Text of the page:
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OBJECTIVE To identify intrapartum predictors of newborn encephalopathy in term infants. DESIGN Population based, unmatched case-control study. SETTING Metropolitan area of Western Australia, June 1993 to September 1995. SUBJECTS All 164 term infants with moderate or severe newborn encephalopathy; 400 randomly selected controls. MAIN OUTCOME MEASURES(More)
OBJECTIVE To ascertain antepartum predictors of newborn encephalopathy in term infants. DESIGN Population based, unmatched case-control study. SETTING Metropolitan area of Western Australia, June 1993 to September 1995. SUBJECTS All 164 term infants with moderate or severe newborn encephalopathy; 400 randomly selected controls. MAIN OUTCOME MEASURES(More)
Cerebral palsy (CP) is a term of convenience applied to a group of motor disorders of central origin defined by clinical description. It is not a diagnosis in that its application infers nothing about pathology, aetiology, or prognosis. It is an umbrella term covering a wide range of cerebral disorders which result in childhood motor impairment. The precise(More)
BACKGROUND AND OBJECTIVES Neuroplasticity evidence from animals favors an early enriched environment for promoting optimal brain injury recovery. In infants, systematic reviews show environmental enrichment (EE) improves cognitive outcomes but the effect on motor skills is less understood. The objective of this review was to appraise the effectiveness(More)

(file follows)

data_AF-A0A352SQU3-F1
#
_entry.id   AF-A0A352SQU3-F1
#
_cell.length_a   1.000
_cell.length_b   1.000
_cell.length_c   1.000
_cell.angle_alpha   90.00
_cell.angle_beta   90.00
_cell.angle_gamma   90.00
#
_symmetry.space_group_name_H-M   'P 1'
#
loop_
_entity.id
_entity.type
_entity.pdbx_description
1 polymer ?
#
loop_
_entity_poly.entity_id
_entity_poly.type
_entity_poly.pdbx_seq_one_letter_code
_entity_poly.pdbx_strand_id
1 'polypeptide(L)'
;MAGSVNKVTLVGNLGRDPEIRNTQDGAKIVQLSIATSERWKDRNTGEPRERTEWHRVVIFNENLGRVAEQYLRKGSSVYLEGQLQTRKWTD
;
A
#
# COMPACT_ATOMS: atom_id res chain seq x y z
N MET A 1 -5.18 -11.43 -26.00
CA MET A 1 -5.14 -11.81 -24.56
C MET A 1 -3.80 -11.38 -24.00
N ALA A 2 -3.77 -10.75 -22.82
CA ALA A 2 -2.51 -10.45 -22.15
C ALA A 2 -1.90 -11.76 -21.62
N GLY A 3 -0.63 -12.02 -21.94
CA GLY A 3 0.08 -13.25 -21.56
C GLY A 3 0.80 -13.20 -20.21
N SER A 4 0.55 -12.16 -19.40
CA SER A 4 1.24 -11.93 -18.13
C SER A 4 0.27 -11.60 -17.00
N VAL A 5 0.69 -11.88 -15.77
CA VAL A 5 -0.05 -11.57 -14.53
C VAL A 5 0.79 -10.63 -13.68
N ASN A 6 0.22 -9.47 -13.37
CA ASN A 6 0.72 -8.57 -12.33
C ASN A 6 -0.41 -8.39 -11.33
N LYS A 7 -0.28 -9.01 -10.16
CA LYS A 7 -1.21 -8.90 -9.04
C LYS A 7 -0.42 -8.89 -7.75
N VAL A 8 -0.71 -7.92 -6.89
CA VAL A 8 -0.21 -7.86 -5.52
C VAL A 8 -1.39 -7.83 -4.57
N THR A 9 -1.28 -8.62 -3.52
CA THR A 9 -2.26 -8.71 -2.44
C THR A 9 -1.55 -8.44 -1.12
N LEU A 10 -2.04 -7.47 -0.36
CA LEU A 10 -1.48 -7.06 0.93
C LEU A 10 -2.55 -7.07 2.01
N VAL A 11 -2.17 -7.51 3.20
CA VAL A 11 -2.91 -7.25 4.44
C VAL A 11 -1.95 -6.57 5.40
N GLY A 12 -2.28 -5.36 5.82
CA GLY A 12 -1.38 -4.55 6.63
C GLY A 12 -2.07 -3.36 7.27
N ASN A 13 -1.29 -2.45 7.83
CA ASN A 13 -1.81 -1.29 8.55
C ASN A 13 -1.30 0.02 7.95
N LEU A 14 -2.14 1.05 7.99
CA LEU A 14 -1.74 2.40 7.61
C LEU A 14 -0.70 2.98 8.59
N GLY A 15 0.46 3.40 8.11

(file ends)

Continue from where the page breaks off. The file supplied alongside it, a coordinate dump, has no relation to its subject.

AIM Determining inclusion/exclusion criteria for cerebral palsy (CP) surveillance is challenging. The aims of this paper were to (1) define inclusion/exclusion criteria that have been adopted uniformly by surveillance programmes and identify where consensus is still elusive, and (2) provide an updated list of the consensus concerning CP inclusion/exclusion(More)
AIM The aim of this study was to conduct a systematic review in order to identify the risk factors for cerebral palsy (CP) in children born at term. The secondary aim was to ascertain if the potential for prevention of these risk factors has been adequately explored. METHOD A MEDLINE search up to 31 July 2011 was completed, following the Meta-Analysis of(More)
PURPOSE OF REVIEW Cerebral palsy is the most common and visible motor disability of childhood. Its aetiology remains a topic of hot debate between those who see it as a reflection of medical mismanagement of an avoidable complication and those who see its origins in the development of the fetal brain affected at many points along a causal pathway to damage.(More)
Between June 1993 and December 1996, 276 term newborn infants with encephalopathy and 564 randomly selected term controls were enrolled in a population-based study of moderate and severe term newborn encephalopathy (NE) in Western Australia. During comprehensive neurobehavioural and cognitive follow-up of all patients and controls at 3 years and again at 5(More)
Cerebral palsy (CP) can occur in term infants with or without preceding newborn encephalopathy. We compared the type and severity of CP and associated disability in these two groups. Participants from a population-based case-control study of term newborn encephalopathy were followed up for 6 years and linked to the Western Australian Cerebral Palsy(More)
  • Gibson Be, Teachman G Assistant, +4 authors Nadia Badawi
  • 2012
Research using a critical social science perspective is uncommon in physiotherapy (PT) despite its potential advantages for investigating questions other approaches cannot address. Critical approaches can be used to expose ideas and concepts that are dominant, given, or taken-for-granted in practice in order to reflect on how "things could be otherwise."(More)